Dick Pound, the Canadian whom his devoted Olympic colleagues
rejected as their leader, is probably the savviest person in
sport today. This side of Charles Barkley, he is certainly the
most candid. Now he is also a crusader, the scourge of drugs in
sport. He is terribly complicated too. "I'm a cynical idealist,"
he says in his law office in Montreal, where he makes a living
when he is not doing the dirty work, the world over, gratis, for
the International Olympic Committee.
It helps that Pound is the classic quick study. He learned
quickly what buttons to push. "All you have to do is know a
little more than almost everybody else on every agenda," he says
of working for volunteer organizations. "When I got into the
Canadian Olympic Association, I figured it out: You don't have to
make me president--just let me be the secretary. If you write the
first draft, you have control. And then you become
Of course, we know two things: Nobody likes a smart-ass, and the
graveyards are full of indispensable men. Thus, when Juan Antonio
Samaranch was taken off the Olympic stage in July 2001, the IOC
members gave the president's job to a pleasant Belgian doctor
named Jacques Rogge. Says Dick Ebersol, the chairman of NBC
Sports, which has U.S. broadcast rights to the Olympics through
2008, "I told Dick, 'You can't be elected unless you start
kissing babies. Not asses necessarily, just babies.' But Dick has
an unbelievable brain, he is spin-less, and he tells everybody
exactly what he thinks."
So Pound, who refuses to suffer fools, even the ones who vote,
paid the price of rejection for not having been diplomatic enough
over the years. "Someone once said that diplomacy is something
you do until you find a rock," says Pound, 60. "I don't think
it's any coincidence that all the hard things have come my way,
but none of the pomp and circ. The trouble with too many people
in the IOC is that they're always: ready, aim ... aim ...
December 16, 2002
But here was the twist. Rather than quit the IOC after being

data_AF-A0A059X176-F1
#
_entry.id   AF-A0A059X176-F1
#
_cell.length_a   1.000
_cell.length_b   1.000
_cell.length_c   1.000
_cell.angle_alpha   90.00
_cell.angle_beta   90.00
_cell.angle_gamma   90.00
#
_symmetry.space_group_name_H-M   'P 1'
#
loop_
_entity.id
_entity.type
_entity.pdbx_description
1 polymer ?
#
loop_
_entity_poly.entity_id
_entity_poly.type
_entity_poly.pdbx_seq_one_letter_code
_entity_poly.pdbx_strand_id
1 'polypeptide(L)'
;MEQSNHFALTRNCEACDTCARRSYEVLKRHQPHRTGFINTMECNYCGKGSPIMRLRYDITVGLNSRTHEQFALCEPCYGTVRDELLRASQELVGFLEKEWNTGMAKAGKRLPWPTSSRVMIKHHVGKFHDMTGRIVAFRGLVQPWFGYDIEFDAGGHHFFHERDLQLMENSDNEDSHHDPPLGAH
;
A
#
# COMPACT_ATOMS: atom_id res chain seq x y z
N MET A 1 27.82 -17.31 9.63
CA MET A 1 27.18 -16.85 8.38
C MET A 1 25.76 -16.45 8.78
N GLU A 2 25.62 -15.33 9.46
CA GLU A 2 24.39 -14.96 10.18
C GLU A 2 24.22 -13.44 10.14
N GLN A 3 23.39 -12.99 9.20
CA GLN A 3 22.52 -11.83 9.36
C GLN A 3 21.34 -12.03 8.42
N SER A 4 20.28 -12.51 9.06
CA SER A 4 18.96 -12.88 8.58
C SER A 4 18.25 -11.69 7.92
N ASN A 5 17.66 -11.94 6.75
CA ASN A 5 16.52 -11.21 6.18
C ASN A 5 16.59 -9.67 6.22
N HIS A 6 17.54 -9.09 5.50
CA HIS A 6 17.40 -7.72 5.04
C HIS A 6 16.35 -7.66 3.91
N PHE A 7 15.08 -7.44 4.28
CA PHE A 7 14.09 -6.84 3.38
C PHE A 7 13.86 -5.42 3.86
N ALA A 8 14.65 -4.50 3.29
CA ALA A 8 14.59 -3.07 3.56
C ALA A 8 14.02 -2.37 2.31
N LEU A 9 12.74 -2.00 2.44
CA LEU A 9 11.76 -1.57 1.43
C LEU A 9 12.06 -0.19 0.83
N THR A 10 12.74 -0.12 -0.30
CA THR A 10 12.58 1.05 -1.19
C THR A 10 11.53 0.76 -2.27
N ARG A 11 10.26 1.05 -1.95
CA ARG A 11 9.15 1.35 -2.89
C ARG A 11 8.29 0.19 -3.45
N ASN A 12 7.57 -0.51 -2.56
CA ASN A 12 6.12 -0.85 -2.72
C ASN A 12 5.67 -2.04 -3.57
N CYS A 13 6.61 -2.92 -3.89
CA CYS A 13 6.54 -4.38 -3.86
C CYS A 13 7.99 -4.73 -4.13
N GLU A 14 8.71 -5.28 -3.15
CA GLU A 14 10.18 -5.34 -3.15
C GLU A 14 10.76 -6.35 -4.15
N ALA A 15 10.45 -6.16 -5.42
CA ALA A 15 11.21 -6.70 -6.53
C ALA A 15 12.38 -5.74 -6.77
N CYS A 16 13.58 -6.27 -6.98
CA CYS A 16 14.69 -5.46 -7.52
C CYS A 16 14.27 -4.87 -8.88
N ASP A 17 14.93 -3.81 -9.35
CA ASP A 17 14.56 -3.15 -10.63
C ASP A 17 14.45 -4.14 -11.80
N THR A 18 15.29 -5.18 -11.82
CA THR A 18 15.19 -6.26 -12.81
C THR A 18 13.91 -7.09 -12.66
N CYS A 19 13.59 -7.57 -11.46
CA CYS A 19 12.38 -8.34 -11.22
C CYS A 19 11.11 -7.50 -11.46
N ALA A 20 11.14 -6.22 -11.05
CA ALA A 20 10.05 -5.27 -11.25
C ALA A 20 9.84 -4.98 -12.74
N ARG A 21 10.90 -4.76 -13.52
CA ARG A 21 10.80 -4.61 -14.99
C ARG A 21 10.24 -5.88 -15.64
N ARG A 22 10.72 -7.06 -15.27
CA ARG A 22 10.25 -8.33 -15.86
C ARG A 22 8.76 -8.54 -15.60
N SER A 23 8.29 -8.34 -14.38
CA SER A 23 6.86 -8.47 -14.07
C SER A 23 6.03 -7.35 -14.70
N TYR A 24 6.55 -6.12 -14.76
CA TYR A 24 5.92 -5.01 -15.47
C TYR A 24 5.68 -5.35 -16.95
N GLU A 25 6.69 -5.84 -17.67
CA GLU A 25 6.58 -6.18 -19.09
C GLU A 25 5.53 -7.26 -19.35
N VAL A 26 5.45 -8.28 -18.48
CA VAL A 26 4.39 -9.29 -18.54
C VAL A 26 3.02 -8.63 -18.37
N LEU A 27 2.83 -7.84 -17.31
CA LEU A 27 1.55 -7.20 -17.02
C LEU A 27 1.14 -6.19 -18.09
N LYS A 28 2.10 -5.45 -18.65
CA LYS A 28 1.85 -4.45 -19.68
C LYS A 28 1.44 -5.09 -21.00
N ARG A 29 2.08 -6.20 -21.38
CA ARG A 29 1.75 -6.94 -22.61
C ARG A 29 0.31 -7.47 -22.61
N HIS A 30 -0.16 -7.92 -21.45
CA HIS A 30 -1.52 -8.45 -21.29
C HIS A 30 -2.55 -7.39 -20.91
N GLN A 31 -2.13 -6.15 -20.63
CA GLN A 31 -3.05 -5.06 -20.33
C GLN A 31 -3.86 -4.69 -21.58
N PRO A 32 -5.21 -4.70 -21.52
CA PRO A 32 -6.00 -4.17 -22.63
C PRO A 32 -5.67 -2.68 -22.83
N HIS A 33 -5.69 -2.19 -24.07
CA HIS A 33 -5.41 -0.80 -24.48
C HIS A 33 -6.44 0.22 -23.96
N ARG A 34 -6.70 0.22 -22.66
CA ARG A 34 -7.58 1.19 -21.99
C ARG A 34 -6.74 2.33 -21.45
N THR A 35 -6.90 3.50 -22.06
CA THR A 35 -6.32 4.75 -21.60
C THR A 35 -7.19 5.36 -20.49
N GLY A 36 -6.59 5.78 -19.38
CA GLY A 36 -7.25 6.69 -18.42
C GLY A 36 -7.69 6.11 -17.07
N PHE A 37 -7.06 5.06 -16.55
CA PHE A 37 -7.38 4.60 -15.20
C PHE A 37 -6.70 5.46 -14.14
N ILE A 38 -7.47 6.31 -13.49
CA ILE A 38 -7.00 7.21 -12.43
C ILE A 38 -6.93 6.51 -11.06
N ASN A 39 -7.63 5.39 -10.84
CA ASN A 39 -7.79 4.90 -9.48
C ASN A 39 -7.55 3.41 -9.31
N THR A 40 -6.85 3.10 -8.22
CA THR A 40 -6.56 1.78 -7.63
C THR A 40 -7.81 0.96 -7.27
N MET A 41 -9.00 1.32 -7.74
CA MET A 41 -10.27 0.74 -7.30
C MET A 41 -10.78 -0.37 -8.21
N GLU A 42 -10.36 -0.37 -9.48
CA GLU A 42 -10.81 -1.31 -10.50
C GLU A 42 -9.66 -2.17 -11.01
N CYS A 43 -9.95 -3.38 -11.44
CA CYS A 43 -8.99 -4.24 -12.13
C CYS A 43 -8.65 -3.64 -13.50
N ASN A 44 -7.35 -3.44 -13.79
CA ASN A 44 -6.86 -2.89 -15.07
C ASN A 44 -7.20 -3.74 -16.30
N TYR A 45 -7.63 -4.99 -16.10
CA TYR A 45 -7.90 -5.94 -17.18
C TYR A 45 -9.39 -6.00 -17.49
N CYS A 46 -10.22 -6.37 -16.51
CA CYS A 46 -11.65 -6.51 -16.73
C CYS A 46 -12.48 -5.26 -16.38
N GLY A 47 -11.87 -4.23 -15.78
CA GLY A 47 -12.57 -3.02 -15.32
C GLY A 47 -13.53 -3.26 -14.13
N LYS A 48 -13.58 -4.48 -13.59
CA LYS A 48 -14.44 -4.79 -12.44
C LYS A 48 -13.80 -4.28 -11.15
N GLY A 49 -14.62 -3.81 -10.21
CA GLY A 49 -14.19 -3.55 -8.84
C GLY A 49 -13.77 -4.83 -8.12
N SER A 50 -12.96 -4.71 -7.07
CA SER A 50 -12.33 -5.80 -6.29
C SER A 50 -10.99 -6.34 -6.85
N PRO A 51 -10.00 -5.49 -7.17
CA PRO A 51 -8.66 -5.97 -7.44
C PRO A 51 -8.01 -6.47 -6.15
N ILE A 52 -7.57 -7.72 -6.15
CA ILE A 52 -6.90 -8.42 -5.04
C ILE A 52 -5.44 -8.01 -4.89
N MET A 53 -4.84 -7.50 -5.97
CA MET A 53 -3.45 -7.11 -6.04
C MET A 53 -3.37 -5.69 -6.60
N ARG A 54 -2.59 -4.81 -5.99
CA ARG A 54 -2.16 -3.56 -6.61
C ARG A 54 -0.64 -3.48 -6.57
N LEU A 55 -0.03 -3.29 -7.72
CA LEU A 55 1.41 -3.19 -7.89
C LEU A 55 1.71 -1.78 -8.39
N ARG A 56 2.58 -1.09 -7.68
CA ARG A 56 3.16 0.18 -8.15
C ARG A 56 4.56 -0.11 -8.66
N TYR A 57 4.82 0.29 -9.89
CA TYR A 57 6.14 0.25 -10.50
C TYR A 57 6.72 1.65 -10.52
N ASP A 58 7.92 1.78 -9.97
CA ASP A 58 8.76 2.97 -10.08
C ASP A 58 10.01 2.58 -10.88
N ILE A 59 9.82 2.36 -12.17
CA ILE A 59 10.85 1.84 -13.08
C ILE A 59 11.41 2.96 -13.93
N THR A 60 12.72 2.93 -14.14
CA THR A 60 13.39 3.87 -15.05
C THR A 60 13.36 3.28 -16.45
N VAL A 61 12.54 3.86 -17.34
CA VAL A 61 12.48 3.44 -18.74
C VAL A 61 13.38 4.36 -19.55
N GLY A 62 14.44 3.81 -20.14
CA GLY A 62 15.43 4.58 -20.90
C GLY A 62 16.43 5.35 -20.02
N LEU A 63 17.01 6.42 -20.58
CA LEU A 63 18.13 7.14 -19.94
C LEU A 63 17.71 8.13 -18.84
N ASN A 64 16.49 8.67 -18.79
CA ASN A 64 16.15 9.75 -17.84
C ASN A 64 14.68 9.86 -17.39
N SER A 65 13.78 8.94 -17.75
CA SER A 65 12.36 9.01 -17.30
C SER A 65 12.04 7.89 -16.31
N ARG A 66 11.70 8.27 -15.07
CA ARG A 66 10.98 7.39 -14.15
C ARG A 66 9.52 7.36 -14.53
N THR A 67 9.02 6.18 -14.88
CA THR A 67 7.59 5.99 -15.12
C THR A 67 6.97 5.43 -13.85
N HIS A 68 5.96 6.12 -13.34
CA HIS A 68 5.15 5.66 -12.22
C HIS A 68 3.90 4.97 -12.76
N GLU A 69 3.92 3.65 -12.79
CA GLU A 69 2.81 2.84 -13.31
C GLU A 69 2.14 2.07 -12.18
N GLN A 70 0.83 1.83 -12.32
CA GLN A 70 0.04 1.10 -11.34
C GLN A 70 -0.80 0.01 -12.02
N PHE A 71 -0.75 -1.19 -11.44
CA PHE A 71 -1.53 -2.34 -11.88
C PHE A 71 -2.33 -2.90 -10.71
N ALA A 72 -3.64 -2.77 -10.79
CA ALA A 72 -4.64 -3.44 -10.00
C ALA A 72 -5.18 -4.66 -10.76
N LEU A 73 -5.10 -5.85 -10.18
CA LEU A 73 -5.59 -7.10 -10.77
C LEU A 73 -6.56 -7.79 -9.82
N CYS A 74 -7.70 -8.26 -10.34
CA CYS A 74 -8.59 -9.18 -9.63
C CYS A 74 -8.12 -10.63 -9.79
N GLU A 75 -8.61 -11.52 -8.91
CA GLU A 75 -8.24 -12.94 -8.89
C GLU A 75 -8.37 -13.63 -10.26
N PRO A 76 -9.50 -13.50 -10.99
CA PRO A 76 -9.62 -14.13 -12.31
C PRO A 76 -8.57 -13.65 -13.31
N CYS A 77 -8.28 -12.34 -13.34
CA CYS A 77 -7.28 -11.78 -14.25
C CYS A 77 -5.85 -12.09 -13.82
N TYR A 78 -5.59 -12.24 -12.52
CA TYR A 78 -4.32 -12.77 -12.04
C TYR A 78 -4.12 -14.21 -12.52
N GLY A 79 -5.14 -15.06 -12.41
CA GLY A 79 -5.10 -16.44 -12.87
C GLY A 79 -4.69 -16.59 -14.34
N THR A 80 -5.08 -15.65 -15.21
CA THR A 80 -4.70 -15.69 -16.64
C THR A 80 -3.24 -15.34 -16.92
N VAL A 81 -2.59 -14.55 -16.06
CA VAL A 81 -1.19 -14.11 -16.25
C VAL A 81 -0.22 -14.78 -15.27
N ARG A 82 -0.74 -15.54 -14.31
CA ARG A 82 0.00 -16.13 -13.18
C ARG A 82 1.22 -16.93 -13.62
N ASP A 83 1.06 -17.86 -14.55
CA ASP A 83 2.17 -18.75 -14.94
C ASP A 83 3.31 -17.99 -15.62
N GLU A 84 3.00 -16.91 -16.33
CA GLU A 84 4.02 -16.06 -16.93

outvoted for the top job, Pound, the classic wheeler-dealer
insider, the television impresario, the marketeer, the Olympics'
internal prosecutor (and sometime apologist), became the
protector of purity in international sport. As the new chairman
of the World Anti-Doping Agency (WADA), Pound is not only the
chief magistrate in sport's battle against performance-enhancing
substances but also its conscience. "The drug problem has gone on
too long, and not enough resources have been devoted to it," he
says. "It's insulting to someone who comes into sport for the
right reason to be cheated by someone using drugs. I don't just
mean steroids but also things like blood doping. We're closing
our eyes to the nutritional-supplement programs. But now it's
open season on anyone who has cheated or helped people to cheat."
For so long the IOC's antidrug stance was a Potemkin village. The
IOC member in charge until WADA was created in November 1999 was
the late Alexandre, Prince de Merode, a man whose day job was the
presidency of the Belgium Genealogical and Heraldic office. The
Prince was thus well trained in what constitutes a good front.
"Why has no one thought to test ministers at the end of a
parliamentary session?" he said once when governments started to
question Olympic drug policy. Samaranch, along with many of his
sycophants, operated on the same theory that the baseball union
and owners now call policy: If nobody gets caught, then nobody is
Pound was, however, an early, lonely voice against doping, so his
transformation from the Olympic Richelieu to the Olympic Javert
may not be as stark as it seems. Certainly, too, no one has
suffered Pound's wrath more than the U.S.--especially USA Track &
Field, which claimed that it did not have to divulge the names of
its drug violators because American privacy law forbade
disclosure. "Bulls!" Pound roars. "A fabrication. There is no
such law. Why shouldn't the United States go along? This isn't
trying war criminals. We're designing a program to protect those
who don't cheat."
Pound is hardly anti-American--among other things, his wife,
Julie, is one--but he delights in fencing with U.S. Olympic
policy makers. There's no doubt that his hectoring helped force
the USOC to intensify its drug-testing efforts to fall in line
with what WADA demands of athletes and Olympic federations in the
rest of the world. Pound continues to view the U.S.'s desultory
role in the IOC more in sadness than in anger. "The USOC is so
internal-looking," he says. "All they ever think is, It's our
money that's going to run this Euro-trash organization. The USOC
could be influential without being powerful. But you can't be
insular and then complain about not having any international
As Pound knows, the brightest Americans who are interested in
sports administration gravitate toward U.S. pro leagues or